Written by Nicholas Simonovski
I think it’s safe to say that I was pretty excited for the latest Fast & Furious film. While I could tell you that I’ve been keen to see it since the trailer was released earlier this year, the truth is, I’ve been playing the waiting game pretty much since the moment a sequel was hinted at the end of Fast Five. Two years later, with the movie finally released in Australia (only a fortnight behind the rest of the world!), has Fast & Furious 6 been worth the wait, or is it time to finally park the franchise in the garage?
Now, before I continue with the review, I should tell you that I enjoyed this film. I walked in as a long-time fan of the franchise, and I didn’t walk out disappointed.
Moving on though, the plot of Fast & Furious 6 begins a short while after the events of Fast Five. Mia is about to give birth to her and Brian’s child, Dom and Elena are enjoying their freedom, and the rest of the crew are living it up with their recently earned $11 million (we don’t see Rico and Tego, but we are told that they lost all their money at the casino).
Shortly into the movie however, Hobbs finds and confronts Toretto, and asks him to assist in taking down another crew, which has recently pulled off a large-scale job on a military convoy in Russia. Headed by Owen Shaw (played by Luke Evans), this group operates on a much larger scale than Toretto’s, and we are told they are one part away from assembling an EMP-styled weapon, possible of disabling an entire country for 24 hours. It’s up to Dominic and his crew to stop Shaw before he finds the chip, with the promise of finding Letty (who we were lead to believe died in the last film) as his source of motivation.
It should be noted (and I feel, this is perhaps the most important thing that should be emphasised not just about this film, but the entire franchise itself), that the Fast & Furious films have evolved over the past six movies. Where this franchise started with The Fast & The Furious over a decade ago, is not where it is now. Ever since the release of the fourth film, it was clear that they were moving away from being just about street-racing, to being more action-focused.
While you won’t see any ‘tricked’ RX7s racing alongside Skylines, the film still features a decent amount of action scenes with the actors in cars, and there is a major street race in the middle as well. As far as I’m concerned, it’s still very much a Fast & Furious movie.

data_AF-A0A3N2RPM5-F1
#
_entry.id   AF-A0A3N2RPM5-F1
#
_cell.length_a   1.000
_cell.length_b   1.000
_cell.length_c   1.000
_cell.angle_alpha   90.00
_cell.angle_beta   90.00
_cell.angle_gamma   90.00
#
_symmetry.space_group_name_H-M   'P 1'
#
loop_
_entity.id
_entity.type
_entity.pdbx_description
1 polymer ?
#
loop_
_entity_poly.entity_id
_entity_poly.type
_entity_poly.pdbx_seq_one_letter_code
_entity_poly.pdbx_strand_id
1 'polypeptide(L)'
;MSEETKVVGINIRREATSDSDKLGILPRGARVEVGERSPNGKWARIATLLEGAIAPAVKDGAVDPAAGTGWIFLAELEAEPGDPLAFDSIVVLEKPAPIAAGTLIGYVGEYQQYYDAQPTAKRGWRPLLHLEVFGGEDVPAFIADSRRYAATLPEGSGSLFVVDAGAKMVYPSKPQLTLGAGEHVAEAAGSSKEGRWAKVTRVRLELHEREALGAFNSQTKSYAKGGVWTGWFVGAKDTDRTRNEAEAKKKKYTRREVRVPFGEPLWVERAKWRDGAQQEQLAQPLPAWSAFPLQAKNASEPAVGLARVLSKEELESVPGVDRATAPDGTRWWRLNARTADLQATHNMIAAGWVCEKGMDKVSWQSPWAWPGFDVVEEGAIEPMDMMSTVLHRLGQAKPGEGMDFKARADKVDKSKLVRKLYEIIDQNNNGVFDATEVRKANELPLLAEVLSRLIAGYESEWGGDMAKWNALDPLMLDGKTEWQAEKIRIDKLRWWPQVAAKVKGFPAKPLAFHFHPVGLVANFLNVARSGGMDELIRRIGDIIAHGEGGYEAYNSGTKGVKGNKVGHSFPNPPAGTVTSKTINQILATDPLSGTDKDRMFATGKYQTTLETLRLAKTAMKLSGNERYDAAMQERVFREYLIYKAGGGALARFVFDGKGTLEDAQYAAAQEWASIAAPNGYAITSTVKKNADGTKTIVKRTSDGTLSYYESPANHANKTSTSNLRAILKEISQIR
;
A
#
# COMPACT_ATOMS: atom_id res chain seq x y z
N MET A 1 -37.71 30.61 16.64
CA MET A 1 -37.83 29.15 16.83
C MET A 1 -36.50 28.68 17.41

Another thing I wanted to touch on was the realism in this film … and the fact of the matter is, there’s little of it. From one of the opening scenes showing Toretto and O’Connor racing far too fast down a mountainside path (where there is no chance they could make the corners), to the now famous airstrip scene at the end of the film (where everyone would have seen the memes by now about how ridiculously long it is), it’s clear that F&F6 is all about massive action scenes – and to be honest, it works well. While I didn’t quite feel as on the edge of my seat as I did for the last two films (maybe because they teased a few big scenes in the trailers), the movie definitely satisfied that racing itch, while proving itself as a great action film too.
Some fans might disagree with what I’ve written above, but looking back on the franchise, Fast & Furious has really matured since the early days of the original film, into a decent action franchise. It’s great to have the entire cast back (minus Rico and Tego – but in-the-end, who cares about them) and it’s also awesome to see the franchise getting better and better each time. The driving scenes are great, the action is solid, and the ending is also a great way to end everything on. The only thing I’m worried about, is how the next film will play out. F&F6 raised the bar high as an action film, and with Tokyo Drift being an awesome racing film, I wonder how long the franchise can continue with the strength it has seen thus far.